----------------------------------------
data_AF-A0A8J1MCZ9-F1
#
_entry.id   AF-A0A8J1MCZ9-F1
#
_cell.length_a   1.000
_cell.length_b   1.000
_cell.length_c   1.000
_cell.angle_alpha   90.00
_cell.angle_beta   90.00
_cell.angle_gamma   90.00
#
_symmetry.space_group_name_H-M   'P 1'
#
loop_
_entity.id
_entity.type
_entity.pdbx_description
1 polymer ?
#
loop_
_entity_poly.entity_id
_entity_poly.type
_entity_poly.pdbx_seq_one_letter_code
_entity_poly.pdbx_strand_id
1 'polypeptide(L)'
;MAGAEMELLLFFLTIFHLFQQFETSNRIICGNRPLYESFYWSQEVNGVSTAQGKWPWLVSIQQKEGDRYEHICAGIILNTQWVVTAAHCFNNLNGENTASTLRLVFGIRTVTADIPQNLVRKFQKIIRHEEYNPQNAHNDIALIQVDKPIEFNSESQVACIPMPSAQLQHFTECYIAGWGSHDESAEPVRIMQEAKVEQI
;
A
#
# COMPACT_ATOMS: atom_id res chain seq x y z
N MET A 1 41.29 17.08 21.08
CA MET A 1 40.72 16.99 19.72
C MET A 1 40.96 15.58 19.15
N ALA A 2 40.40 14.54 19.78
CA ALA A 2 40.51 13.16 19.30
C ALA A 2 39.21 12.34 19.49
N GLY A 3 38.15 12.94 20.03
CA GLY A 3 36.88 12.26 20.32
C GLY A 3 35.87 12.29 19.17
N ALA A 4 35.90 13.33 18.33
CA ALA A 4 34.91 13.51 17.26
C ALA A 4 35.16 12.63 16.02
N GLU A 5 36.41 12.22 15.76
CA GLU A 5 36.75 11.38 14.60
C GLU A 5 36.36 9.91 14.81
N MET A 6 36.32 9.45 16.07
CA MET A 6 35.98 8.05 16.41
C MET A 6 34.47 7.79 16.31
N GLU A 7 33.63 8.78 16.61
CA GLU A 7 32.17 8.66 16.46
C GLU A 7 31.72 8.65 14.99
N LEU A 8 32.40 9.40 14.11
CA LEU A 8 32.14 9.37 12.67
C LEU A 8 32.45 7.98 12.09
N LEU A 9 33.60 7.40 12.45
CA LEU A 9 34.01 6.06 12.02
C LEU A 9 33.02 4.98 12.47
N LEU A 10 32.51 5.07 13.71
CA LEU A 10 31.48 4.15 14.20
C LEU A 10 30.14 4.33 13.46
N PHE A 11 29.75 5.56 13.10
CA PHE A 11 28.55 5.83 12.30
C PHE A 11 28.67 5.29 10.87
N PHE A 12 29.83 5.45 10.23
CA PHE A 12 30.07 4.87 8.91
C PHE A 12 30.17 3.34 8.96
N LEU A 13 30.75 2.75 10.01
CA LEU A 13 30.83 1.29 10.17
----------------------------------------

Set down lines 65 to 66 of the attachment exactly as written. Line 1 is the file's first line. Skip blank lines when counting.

CA PHE A 12 30.07 4.87 8.91
C PHE A 12 30.17 3.34 8.96